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Nicholas Institute for Environmental Policy Solutions
Copyright | Permalink: https://hdl.handle.net/10161/27123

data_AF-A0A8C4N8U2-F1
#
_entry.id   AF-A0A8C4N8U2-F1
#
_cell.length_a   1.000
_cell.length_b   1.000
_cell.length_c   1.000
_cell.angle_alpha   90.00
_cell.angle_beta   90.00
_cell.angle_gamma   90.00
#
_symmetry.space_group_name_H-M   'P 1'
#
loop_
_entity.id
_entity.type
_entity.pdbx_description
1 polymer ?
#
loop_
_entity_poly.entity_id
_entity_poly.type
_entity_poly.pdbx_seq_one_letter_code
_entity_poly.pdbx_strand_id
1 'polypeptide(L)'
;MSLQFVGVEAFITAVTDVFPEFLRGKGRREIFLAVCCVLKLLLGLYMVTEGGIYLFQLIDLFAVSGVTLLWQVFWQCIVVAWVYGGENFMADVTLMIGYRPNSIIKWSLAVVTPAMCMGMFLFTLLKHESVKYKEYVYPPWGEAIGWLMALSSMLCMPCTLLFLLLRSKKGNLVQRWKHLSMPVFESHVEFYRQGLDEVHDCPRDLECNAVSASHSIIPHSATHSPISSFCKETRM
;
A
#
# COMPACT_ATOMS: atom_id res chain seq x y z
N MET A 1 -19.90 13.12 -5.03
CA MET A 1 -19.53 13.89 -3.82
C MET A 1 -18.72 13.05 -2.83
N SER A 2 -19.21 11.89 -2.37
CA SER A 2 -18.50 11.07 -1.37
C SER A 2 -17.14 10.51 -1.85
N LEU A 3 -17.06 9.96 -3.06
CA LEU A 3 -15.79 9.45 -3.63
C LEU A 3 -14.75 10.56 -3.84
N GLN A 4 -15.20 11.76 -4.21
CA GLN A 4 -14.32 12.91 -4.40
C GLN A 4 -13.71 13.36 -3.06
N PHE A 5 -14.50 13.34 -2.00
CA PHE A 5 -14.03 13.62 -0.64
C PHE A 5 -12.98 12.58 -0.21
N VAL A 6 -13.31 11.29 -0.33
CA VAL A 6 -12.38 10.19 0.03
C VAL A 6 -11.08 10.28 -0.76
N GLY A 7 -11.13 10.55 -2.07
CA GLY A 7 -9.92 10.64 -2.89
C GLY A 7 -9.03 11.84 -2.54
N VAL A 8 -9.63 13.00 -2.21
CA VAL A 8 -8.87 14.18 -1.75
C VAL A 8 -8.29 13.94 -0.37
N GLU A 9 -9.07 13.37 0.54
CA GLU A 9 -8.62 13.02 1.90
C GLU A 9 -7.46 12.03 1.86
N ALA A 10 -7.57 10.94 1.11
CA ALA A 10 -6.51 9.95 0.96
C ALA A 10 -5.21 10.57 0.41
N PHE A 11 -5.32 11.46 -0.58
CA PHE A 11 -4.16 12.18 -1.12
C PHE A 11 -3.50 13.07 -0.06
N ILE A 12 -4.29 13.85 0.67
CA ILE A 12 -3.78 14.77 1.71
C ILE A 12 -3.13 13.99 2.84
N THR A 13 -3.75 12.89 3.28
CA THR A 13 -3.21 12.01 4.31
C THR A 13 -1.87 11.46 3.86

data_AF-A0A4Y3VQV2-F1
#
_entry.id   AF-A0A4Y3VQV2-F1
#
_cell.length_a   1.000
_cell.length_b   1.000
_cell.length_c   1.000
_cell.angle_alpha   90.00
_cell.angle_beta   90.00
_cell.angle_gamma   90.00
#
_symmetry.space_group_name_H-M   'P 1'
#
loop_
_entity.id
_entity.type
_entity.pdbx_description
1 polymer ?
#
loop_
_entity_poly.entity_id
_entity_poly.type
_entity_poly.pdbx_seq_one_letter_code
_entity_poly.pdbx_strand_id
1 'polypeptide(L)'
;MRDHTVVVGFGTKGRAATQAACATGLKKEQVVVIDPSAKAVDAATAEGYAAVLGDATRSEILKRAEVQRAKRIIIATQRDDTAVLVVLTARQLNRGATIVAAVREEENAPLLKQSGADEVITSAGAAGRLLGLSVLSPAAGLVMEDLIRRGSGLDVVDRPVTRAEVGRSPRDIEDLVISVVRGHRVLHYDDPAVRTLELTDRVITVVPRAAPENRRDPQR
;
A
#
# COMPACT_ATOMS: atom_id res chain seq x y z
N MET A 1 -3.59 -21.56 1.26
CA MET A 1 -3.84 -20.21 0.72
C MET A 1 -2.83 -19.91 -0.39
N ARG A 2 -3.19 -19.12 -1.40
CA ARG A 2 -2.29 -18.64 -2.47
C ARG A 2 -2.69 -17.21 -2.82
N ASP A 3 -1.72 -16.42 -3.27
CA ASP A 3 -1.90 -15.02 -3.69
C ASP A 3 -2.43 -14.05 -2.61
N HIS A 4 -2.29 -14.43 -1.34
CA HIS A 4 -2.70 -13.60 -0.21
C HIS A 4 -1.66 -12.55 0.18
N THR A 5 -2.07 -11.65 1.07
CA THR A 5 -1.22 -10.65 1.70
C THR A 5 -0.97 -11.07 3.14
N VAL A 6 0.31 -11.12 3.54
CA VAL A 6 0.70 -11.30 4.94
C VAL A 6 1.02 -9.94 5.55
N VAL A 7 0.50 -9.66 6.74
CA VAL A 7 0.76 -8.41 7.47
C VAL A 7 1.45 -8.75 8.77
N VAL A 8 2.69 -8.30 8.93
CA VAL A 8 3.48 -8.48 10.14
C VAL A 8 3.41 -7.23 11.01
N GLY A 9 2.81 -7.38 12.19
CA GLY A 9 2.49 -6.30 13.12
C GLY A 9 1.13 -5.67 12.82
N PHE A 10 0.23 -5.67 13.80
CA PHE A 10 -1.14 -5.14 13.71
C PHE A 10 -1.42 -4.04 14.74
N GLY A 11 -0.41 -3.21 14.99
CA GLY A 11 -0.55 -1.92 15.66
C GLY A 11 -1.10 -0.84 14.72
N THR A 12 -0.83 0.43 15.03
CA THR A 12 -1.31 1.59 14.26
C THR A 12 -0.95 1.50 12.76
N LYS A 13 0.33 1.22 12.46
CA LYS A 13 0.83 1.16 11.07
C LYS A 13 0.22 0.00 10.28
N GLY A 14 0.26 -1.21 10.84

To better protect the nation’s wetlands and streams, the Clean Water Act allows use of compensatory mitigation to replace the benefits of lost wetlands and streams. This study summarizes North Carolina’s use of preservation for compensatory mitigation by private mitigation banks and a state-operated in-lieu fee (ILF) program. Within private mitigation banks, preservation activities have generated 5.6% of wetland credits and 9.1% of stream credits since 2008. Within the state in-lieu fee program run by the Division of Mitigation Services, 45.0% of wetland credits and 6.2% of stream credits have resulted from preservation. However, a majority of the wetland credits generated by preservation in the ILF program came from one site described as unusually large by program staff. Since 2008, North Carolina’s ILF program and mitigation banks have continued to use preservation at relatively low rates for both wetland and stream mitigation. Mitigation providers have stated that the clarity of the state’s preservation policy makes it easier for preservation to be included in projects in North Carolina than in projects in some other states. Notably, between 2012 and 2015, no wetland preservation was used for mitigation by the ILF program.